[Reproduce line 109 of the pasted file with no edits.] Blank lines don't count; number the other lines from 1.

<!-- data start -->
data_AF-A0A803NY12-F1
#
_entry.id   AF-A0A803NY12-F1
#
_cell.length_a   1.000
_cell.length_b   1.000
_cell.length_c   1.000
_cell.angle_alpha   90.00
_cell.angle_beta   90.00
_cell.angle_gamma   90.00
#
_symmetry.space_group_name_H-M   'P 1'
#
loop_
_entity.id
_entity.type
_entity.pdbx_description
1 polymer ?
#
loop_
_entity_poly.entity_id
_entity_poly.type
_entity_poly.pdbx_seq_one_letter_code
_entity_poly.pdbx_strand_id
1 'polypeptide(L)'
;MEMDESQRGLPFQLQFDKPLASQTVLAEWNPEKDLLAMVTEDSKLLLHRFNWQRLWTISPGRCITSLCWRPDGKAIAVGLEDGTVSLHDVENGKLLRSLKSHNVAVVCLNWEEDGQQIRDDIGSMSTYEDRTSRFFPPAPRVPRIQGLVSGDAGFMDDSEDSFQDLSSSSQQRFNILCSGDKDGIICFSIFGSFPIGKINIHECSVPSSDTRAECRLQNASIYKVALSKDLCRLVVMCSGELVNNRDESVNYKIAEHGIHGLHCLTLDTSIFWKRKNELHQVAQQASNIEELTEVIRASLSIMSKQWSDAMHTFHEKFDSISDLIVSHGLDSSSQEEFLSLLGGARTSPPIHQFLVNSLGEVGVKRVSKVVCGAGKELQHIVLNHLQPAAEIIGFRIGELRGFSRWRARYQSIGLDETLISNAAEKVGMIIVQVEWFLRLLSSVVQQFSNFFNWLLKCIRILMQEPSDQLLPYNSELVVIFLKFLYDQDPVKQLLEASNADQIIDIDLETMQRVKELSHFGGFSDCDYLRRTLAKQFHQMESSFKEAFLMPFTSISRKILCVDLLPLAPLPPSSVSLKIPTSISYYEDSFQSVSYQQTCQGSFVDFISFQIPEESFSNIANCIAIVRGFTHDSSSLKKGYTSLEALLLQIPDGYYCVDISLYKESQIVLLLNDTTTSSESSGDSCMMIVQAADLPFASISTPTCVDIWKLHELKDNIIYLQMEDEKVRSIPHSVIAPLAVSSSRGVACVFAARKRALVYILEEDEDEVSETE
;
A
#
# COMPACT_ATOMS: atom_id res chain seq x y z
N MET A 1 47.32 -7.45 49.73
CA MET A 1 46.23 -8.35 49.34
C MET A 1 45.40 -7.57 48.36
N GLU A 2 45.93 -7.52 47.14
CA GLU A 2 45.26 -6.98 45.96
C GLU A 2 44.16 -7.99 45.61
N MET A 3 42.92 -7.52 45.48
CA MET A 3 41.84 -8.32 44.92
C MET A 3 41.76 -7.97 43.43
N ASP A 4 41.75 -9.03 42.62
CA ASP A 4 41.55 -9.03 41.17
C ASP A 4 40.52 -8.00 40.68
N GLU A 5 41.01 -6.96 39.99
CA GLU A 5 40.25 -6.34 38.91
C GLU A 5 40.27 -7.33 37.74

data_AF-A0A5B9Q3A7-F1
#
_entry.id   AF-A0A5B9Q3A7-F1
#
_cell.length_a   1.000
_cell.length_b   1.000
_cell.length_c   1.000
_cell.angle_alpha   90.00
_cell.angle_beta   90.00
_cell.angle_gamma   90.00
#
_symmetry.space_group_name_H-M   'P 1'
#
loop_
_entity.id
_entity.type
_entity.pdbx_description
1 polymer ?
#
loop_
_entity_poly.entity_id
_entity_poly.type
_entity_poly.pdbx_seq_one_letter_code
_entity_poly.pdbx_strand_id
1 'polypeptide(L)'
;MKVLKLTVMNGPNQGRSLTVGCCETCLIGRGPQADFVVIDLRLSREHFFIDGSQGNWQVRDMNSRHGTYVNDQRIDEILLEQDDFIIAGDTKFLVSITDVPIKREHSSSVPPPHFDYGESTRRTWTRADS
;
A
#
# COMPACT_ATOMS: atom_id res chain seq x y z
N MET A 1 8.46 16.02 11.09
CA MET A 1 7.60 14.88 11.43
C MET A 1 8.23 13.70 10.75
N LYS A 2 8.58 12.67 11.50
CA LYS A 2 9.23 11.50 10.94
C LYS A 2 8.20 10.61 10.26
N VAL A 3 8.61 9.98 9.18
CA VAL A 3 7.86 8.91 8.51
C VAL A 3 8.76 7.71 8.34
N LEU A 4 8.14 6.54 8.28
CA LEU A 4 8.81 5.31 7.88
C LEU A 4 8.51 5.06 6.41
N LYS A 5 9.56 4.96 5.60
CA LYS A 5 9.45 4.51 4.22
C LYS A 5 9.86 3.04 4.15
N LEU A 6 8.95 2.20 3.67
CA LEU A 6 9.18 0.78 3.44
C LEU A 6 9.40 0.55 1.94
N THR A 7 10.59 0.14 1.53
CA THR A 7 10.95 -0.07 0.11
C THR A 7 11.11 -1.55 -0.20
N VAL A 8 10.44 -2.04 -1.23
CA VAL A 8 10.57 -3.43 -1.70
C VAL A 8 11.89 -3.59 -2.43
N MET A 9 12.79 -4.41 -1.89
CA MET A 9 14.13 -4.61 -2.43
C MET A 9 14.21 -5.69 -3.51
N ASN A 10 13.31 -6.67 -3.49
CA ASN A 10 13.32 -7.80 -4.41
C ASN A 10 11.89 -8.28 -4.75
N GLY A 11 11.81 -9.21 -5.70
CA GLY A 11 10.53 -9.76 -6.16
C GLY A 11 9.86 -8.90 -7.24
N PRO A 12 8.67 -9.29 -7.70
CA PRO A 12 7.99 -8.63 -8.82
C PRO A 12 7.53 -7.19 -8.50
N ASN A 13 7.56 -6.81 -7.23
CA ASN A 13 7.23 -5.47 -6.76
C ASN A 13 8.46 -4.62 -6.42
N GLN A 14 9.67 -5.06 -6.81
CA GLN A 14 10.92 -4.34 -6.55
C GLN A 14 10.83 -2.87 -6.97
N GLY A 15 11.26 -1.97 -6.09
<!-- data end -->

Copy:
N PRO A 12 8.67 -9.29 -7.70